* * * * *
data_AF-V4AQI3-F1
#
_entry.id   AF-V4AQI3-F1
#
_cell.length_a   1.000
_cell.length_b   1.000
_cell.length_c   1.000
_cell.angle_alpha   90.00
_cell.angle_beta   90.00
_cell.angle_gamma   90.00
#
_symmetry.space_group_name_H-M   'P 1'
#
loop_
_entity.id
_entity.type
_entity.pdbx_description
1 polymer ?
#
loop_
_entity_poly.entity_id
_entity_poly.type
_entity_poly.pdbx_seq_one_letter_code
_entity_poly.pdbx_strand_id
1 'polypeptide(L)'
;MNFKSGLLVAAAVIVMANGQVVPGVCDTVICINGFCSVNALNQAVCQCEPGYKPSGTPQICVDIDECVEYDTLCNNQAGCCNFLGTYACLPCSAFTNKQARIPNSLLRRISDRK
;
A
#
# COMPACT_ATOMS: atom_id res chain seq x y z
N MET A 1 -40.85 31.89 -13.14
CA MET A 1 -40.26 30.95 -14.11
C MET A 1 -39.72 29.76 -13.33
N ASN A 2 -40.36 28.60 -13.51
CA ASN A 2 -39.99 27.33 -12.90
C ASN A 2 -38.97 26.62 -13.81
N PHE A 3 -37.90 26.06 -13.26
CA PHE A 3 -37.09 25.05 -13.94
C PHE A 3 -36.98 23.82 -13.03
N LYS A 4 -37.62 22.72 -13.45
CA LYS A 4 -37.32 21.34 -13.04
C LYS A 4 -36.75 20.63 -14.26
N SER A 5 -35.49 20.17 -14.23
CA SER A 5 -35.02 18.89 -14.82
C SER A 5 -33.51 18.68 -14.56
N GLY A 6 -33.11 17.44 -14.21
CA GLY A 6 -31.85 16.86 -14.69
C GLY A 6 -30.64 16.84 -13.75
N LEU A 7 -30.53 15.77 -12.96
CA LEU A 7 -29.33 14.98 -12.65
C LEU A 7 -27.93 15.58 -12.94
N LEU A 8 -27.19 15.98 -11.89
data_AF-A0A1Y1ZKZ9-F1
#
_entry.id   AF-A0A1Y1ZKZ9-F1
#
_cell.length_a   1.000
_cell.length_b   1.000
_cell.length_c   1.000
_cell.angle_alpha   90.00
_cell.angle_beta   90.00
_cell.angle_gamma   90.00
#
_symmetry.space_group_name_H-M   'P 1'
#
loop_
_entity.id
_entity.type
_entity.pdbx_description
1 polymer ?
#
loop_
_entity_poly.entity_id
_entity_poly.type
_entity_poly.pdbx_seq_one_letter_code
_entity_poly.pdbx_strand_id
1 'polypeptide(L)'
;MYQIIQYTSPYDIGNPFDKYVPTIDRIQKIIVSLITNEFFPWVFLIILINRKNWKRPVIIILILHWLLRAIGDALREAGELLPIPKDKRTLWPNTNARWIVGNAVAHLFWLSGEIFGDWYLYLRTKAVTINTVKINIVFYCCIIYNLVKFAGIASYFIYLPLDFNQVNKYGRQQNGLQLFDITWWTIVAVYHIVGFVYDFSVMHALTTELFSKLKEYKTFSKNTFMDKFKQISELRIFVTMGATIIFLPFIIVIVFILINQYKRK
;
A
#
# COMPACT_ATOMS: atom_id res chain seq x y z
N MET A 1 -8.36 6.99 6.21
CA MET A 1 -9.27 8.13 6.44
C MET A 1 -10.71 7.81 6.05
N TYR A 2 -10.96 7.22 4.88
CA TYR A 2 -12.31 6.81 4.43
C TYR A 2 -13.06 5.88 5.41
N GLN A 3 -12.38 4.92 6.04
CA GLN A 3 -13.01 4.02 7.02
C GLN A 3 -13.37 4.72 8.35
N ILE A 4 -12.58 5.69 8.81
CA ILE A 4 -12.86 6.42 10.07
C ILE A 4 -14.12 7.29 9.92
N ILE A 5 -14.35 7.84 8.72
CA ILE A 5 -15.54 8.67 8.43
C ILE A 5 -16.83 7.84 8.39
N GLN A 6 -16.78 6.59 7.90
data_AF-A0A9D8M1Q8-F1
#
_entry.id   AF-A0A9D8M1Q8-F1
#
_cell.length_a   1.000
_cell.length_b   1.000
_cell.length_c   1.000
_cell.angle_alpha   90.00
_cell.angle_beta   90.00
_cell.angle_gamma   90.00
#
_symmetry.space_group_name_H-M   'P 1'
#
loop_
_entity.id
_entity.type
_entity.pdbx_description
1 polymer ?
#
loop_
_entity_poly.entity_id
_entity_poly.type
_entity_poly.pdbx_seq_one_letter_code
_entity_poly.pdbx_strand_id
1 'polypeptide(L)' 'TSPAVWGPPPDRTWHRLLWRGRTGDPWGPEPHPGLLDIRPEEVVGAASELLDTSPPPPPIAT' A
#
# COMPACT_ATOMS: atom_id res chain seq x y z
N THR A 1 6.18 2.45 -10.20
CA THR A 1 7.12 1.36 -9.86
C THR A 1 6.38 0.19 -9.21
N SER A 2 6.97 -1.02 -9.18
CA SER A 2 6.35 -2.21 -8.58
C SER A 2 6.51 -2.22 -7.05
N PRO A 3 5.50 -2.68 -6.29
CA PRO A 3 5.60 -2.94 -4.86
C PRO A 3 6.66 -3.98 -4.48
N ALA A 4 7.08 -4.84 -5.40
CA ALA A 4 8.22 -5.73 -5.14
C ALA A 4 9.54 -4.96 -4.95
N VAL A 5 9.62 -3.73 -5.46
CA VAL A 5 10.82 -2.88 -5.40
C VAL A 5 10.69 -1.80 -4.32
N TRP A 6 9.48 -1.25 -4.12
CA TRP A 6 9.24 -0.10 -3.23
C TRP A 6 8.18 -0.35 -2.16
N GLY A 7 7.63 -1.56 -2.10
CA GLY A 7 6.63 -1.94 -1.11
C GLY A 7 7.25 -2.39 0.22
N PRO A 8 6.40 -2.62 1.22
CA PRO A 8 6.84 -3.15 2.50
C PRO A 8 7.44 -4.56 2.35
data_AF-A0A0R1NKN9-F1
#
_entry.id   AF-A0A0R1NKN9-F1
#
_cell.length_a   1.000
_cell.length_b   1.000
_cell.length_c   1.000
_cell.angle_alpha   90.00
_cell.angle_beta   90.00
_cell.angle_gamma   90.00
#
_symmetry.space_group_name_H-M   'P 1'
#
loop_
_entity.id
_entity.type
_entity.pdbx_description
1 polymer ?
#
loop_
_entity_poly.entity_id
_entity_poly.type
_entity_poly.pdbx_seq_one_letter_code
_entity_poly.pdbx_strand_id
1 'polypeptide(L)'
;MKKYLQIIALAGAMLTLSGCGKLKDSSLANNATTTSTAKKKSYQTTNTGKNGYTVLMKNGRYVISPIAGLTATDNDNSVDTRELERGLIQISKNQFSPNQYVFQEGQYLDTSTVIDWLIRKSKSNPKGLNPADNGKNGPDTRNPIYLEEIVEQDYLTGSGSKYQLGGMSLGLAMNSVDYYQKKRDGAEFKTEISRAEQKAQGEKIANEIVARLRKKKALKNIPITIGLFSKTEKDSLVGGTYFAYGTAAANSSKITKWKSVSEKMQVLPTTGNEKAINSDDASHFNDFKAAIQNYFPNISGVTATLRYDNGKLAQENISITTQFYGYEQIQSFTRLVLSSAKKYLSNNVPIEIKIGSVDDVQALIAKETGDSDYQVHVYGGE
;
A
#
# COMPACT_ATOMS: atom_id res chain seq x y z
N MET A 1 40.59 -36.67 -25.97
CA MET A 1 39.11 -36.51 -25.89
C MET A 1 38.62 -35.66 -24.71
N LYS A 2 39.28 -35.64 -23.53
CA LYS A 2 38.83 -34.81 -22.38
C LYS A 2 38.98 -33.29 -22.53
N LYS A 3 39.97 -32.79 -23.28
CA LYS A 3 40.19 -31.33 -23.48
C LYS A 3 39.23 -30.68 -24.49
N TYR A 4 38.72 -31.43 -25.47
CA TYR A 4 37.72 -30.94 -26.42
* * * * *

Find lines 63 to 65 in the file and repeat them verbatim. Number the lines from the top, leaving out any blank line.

#
_symmetry.space_group_name_H-M   'P 1'
#